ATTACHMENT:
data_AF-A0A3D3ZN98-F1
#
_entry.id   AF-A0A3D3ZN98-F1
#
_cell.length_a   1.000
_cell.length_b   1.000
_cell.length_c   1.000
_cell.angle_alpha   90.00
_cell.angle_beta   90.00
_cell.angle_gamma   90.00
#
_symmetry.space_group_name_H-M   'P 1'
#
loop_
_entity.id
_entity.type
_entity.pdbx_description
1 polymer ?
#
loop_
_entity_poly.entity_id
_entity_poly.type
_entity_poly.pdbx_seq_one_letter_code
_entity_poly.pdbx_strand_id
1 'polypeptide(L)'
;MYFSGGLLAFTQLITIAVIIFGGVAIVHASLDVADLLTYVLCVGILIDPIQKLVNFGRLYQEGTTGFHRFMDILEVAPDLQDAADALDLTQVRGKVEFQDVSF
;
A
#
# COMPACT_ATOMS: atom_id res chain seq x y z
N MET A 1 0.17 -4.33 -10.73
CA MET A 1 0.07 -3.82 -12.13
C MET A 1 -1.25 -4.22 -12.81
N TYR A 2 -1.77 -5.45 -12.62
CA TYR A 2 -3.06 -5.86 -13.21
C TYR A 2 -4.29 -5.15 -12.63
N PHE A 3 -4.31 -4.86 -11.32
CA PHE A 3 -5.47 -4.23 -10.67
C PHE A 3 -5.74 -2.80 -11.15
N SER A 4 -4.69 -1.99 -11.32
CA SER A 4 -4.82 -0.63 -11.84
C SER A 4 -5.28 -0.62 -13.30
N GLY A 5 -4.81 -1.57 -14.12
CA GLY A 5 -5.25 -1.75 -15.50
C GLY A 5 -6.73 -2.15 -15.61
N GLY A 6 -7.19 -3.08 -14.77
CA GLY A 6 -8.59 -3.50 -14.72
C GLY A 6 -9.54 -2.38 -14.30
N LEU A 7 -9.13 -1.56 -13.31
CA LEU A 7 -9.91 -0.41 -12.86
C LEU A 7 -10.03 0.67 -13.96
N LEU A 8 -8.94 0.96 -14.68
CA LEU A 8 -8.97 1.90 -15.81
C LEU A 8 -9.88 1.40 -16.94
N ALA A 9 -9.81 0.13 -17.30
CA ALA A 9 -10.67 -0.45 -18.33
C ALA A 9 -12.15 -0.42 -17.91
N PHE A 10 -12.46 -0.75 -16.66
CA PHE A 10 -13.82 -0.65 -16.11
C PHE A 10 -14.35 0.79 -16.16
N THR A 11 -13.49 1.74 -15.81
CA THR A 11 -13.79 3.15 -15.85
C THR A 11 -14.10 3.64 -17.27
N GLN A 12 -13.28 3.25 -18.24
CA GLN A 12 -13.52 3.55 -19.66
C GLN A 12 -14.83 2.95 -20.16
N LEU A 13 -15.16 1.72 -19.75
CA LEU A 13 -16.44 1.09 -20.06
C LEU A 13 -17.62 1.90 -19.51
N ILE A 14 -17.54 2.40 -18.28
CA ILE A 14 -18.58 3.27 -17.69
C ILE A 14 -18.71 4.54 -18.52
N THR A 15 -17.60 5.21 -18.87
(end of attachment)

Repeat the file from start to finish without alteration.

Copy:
data_AF-A0A3D3ZN98-F1
#
_entry.id   AF-A0A3D3ZN98-F1
#
_cell.length_a   1.000
_cell.length_b   1.000
_cell.length_c   1.000
_cell.angle_alpha   90.00
_cell.angle_beta   90.00
_cell.angle_gamma   90.00
#
_symmetry.space_group_name_H-M   'P 1'
#
loop_
_entity.id
_entity.type
_entity.pdbx_description
1 polymer ?
#
loop_
_entity_poly.entity_id
_entity_poly.type
_entity_poly.pdbx_seq_one_letter_code
_entity_poly.pdbx_strand_id
1 'polypeptide(L)'
;MYFSGGLLAFTQLITIAVIIFGGVAIVHASLDVADLLTYVLCVGILIDPIQKLVNFGRLYQEGTTGFHRFMDILEVAPDLQDAADALDLTQVRGKVEFQDVSF
;
A
#
# COMPACT_ATOMS: atom_id res chain seq x y z
N MET A 1 0.17 -4.33 -10.73
CA MET A 1 0.07 -3.82 -12.13
C MET A 1 -1.25 -4.22 -12.81
N TYR A 2 -1.77 -5.45 -12.62
CA TYR A 2 -3.06 -5.86 -13.21
C TYR A 2 -4.29 -5.15 -12.63
N PHE A 3 -4.31 -4.86 -11.32
CA PHE A 3 -5.47 -4.23 -10.67
C PHE A 3 -5.74 -2.80 -11.15
N SER A 4 -4.69 -1.99 -11.32
CA SER A 4 -4.82 -0.63 -11.84
C SER A 4 -5.28 -0.62 -13.30
N GLY A 5 -4.81 -1.57 -14.12
CA GLY A 5 -5.25 -1.75 -15.50
C GLY A 5 -6.73 -2.15 -15.61
N GLY A 6 -7.19 -3.08 -14.77
CA GLY A 6 -8.59 -3.50 -14.72
C GLY A 6 -9.54 -2.38 -14.30
N LEU A 7 -9.13 -1.56 -13.31
CA LEU A 7 -9.91 -0.41 -12.86
C LEU A 7 -10.03 0.67 -13.96
N LEU A 8 -8.94 0.96 -14.68
CA LEU A 8 -8.97 1.90 -15.81
C LEU A 8 -9.88 1.40 -16.94
N ALA A 9 -9.81 0.13 -17.30
CA ALA A 9 -10.67 -0.45 -18.33
C ALA A 9 -12.15 -0.42 -17.91
N PHE A 10 -12.46 -0.75 -16.66
CA PHE A 10 -13.82 -0.65 -16.11
C PHE A 10 -14.35 0.79 -16.16
N THR A 11 -13.49 1.74 -15.81
CA THR A 11 -13.79 3.15 -15.85
C THR A 11 -14.10 3.64 -17.27
N GLN A 12 -13.28 3.25 -18.24
CA GLN A 12 -13.52 3.55 -19.66
C GLN A 12 -14.83 2.95 -20.16
N LEU A 13 -15.16 1.72 -19.75
CA LEU A 13 -16.44 1.09 -20.06
C LEU A 13 -17.62 1.90 -19.51
N ILE A 14 -17.54 2.40 -18.28
CA ILE A 14 -18.58 3.27 -17.69
C ILE A 14 -18.71 4.54 -18.52
N THR A 15 -17.60 5.21 -18.87